The Pennsylvania physician community lashed out against a recent decision by one of the state's major insurance carriers to cut payments by 4.5 percent, claiming the cuts are placing an unfair burden on providers that could negatively impact patient care in the long run.
Earlier this week, Highmark Inc. announced it would reduce physician payments for Affordable Care Act plans after reporting a $500 million loss on marketplace plans in 2015. Alexis Miller, Highmark's senior vice president for individual and small group business, told PennLive that the insurer raised premiums and eliminated coverage offerings to cover the losses, and physician payment cuts is one more way for the company to remain viable in the federal marketplace.
However, Scott Shapiro, M.D., president of the Pennsylvania Medical Society, told the news outlet that Highmark was "bullying both healthcare providers and their patients" and said the decision would "jeopardize healthcare delivery in Pennsylvania." Shapiro also pointed to Highmark's $4.5 billion surplus and argued providers were bearing the brunt of the company's "poor financial and business planning" that underestimated the risk level of new ACA patients.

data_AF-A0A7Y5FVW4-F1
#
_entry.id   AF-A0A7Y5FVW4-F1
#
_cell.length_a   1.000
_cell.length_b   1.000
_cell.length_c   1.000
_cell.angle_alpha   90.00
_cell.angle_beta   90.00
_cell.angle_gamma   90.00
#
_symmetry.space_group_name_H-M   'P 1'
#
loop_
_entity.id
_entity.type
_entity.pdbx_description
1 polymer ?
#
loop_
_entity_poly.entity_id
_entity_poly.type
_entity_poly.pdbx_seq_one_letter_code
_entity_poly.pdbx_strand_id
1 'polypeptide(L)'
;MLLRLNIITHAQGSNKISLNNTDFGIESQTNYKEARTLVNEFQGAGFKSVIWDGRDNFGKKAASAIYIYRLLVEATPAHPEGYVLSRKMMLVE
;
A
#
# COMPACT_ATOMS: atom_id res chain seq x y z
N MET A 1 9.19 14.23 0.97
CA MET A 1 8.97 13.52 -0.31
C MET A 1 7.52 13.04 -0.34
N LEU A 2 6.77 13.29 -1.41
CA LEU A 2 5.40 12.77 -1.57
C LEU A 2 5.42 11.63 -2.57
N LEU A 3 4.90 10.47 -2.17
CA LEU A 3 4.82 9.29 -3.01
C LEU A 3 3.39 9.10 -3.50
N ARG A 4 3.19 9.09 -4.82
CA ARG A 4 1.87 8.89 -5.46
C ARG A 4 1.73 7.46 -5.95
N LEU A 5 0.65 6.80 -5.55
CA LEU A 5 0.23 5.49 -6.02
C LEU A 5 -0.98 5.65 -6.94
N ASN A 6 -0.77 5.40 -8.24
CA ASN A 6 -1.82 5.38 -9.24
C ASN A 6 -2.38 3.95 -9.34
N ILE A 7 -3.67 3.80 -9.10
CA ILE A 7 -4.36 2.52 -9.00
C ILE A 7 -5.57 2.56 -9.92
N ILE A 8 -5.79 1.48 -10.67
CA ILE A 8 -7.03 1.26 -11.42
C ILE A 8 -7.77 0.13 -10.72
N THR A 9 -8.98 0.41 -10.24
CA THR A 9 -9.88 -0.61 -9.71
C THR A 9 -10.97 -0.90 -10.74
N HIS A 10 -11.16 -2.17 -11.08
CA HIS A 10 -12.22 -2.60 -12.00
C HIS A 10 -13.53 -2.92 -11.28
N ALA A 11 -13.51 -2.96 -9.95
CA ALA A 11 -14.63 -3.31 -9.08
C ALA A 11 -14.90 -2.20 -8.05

Other providers within the state echoed similar concerns. Lee A. Meyers, executive vice president and chief operating officer of Physicians' Alliance Ltd., told LancasterOnline that physicians groups are expected to shoulder the burden of care coordination with inadequate reimbursement. Dr. Karen Rizzo, a past president of the Pennsylvania Medical Society and current board member of the Lancaster City and County Medical Society, told the news outlet that the cuts would limit access to care and that physicians have limited means to take action against the cuts.
Major insurers across the country have been searching for ways to offset significant losses on ACA marketplace plans. Most notably, UnitedHealth has indicated it plans to pull out of federal exchanges following a $720 million loss in 2015. Late last year, Humana also announced it would be trimming down its ACA marketplace offerings, while Cigna CEO David Cordani argued the marketplace needs to provide more flexibility for insurers.